2

I have a multi-site setup with some shared tables using db_prefix. The variables table is NOT shared. Sharing ALL variables would cause lot of trouble, but sharing only some selected variables wont.

The picture below visualizes my problem: Shared download method

The entries in the green box are shared and available on all multi-sites. Whereas the selected entry information is part of the config and stored in variables. Changes in the red box are not shared and lead to inconsistency when changed on one multi-site.

At the moment I use "drush @sites variable-set ..." to make consistent changes on all multi-sites. But to keep it more simple, I want to integrate it into Drupal's backend.

I found out that there was a failed patch request already. See issue here. The patch modifies variable_get() and variable_set() with an extended query-statement, if a defined variable is set in an array. I am aware of the fact, that the patch is for drupal 5, but it could be easily adapted to drupal 7.

The workaround in the patch modifies the core, but i cannot touch it. Overwriting variable_get() functionality is quite an easy job. You just have to hook_boot() or hook_init() and replace the desired values in $conf array with your custom values.

Whats the deal?

I need to extend variable_set() and variable_del() functionality without touching core. Any ideas how i get into that?

1

As pointed out by Mołot trying to get variable_set to write into a different database would be complicated - it may be achievable by implementing your own database adapter, but there are simpler alternatives.

After some thoughts I realised that while Drupal did not offer a way to hook into the changes made by variable_set, PHP itself did.

This relies on the fact variable_get, variable_set and variable_del all use a global variable (on top of the database) to store the variable values - $conf. Whenever a value is read, added, changed or removed from the variables, the global $conf is modified accordingly. A solution would be to replace the $conf global variable by a custom object that implements ArrayAccess. This way you could monitor every time $conf is accessed or modified. Here is an example:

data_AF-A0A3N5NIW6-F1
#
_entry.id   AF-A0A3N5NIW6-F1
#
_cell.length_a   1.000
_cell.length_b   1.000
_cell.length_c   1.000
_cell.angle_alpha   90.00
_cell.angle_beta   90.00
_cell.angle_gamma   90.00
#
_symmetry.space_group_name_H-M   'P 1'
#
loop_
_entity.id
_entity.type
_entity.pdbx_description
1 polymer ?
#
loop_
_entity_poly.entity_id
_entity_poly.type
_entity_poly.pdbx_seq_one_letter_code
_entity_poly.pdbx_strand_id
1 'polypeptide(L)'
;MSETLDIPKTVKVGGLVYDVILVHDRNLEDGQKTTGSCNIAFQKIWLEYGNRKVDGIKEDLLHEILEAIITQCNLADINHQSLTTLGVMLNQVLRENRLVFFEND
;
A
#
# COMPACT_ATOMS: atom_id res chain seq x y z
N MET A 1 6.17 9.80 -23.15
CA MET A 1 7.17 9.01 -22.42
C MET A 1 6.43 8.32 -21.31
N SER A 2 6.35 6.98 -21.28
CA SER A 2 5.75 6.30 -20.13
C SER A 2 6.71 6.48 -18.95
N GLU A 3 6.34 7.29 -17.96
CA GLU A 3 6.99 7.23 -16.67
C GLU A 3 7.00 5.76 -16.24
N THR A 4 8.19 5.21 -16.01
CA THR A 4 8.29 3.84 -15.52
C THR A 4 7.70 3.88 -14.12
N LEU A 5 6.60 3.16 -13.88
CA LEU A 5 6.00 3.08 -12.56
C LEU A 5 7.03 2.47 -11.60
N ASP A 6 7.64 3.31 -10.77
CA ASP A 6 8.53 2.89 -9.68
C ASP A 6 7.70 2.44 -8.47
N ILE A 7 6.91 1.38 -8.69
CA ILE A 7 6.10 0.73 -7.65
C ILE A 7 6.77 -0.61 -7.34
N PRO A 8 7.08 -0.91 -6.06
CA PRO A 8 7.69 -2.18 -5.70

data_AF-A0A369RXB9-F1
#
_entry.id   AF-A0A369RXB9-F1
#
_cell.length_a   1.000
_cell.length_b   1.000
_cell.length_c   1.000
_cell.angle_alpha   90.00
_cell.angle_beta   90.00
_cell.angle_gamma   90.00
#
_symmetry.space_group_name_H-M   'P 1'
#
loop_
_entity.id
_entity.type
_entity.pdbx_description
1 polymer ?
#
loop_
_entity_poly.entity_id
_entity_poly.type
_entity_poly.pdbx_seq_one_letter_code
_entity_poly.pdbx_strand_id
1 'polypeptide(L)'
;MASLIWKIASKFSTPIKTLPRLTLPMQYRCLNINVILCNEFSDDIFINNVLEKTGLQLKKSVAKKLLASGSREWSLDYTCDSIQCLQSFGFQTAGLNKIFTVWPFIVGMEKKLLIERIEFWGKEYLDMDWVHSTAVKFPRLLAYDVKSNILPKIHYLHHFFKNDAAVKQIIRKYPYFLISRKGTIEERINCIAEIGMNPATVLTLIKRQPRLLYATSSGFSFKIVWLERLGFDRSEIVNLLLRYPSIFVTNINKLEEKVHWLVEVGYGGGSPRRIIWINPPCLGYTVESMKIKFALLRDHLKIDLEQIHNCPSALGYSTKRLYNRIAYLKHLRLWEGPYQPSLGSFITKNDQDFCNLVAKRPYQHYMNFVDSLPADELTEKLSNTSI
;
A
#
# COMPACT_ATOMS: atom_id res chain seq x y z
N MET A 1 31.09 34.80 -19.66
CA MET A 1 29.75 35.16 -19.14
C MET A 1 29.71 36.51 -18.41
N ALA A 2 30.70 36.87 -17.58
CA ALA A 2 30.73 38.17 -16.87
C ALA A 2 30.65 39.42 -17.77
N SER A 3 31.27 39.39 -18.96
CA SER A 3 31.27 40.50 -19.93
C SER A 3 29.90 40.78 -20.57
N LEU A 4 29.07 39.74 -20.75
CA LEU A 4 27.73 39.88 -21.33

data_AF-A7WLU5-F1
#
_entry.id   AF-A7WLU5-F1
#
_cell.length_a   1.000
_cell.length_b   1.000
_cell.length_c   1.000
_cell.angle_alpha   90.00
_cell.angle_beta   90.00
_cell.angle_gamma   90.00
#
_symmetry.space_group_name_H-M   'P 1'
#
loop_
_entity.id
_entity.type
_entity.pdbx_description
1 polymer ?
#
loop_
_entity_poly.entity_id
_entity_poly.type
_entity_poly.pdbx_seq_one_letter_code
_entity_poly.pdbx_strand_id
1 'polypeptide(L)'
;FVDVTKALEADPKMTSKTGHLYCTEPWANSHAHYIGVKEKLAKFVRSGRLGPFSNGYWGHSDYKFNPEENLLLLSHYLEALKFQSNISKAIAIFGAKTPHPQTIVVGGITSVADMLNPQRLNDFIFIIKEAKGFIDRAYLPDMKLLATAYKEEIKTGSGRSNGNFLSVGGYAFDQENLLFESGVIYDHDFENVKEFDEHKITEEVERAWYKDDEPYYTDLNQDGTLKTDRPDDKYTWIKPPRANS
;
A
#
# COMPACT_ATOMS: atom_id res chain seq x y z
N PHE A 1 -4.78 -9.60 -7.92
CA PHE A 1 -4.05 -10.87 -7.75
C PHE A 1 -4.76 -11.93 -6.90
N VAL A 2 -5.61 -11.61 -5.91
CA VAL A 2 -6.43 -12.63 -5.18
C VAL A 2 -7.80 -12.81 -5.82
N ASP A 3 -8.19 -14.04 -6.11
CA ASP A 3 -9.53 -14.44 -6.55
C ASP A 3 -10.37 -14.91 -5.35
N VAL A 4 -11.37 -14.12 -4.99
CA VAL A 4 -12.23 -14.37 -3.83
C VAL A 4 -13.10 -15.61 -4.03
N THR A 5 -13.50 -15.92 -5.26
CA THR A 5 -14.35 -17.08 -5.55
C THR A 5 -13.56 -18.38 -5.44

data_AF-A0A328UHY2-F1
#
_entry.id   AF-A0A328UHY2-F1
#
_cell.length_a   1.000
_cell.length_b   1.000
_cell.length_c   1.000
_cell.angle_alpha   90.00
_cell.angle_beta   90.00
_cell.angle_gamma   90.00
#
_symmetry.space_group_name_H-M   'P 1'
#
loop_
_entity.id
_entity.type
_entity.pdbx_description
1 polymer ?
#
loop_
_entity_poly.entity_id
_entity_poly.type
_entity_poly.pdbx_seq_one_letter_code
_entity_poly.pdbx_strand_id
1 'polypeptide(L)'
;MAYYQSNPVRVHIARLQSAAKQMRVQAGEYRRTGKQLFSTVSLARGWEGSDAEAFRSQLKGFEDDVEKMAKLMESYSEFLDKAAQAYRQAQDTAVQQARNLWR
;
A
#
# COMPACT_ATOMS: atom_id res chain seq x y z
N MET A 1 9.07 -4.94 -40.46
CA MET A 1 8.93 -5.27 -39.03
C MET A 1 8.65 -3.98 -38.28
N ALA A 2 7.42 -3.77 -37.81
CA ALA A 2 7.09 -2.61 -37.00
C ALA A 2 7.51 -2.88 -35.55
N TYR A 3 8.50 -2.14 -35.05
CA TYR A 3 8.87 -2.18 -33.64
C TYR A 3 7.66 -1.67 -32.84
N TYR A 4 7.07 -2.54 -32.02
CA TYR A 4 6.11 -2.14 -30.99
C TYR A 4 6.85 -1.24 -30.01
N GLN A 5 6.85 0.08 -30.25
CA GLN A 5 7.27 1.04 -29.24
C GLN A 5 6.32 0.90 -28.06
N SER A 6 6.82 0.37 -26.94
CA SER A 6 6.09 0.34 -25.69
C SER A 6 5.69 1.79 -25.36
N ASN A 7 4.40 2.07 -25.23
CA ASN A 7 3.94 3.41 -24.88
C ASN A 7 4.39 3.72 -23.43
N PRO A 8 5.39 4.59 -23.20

class MyGlobalConf implements ArrayAccess{
  private $conf;

  function __construct($conf = array()) {
    $this->conf = $conf;
    $this->loadMySharedVariables();
  }
  public function offsetExists($offset) {
    return isset($this->conf[$offset]);
  }
  public function offsetGet($offset) {
    return $this->conf[$offset];
  }
  public function offetSet($offset, $value) {
    if ($this->isASharedVariable($offset)) {
      $this->saveSharedVariable($offset, $value);
    }
    $this->conf[$offset] = $value;
  }
  public function offsetUnset($offset) {
    if ($this->isASharedVariable($offset)) {
      $this->unsetSharedVariable($offset);
    }
    unset($this->conf[$offset]);
  }
  private function loadMySharedVariables() {
    // Populate $this->conf with the shared variables
  }
  private function isASharedVariable($offset){
    // Return TRUE if $offset is a shared variable
  }
  private function saveSharedVariable($offset, $value) {
    // Save the shared variable
  }
  private function unsetSharedVariable($offset, $value) {
    // Unset the shared variable
  }

}

Then in settings.php you could replace $conf with your own:

$conf = new MyGlobalConf($conf);

While I like the creativity of this approach, I fear the performance impact would be noticeable. So if I was to implement a solution to this problem, I would probably try to synchronize the variables rather than share them.

You could do this, for instance, by implementing hook_exit :

function mymodule_exit($destination = NULL) {
  global $conf;
  // The variables to share
  $shared_vars = array('shared_var_1', 'shared_var_2');
  // The table prefix for each of the site we want to share with.
  $all_prefix = array('myprefix_1', 'myprefix_2');
  // Synchronize...
  foreach ($shared_vars as $var) {
    foreach ($all_prefix as $prefix) {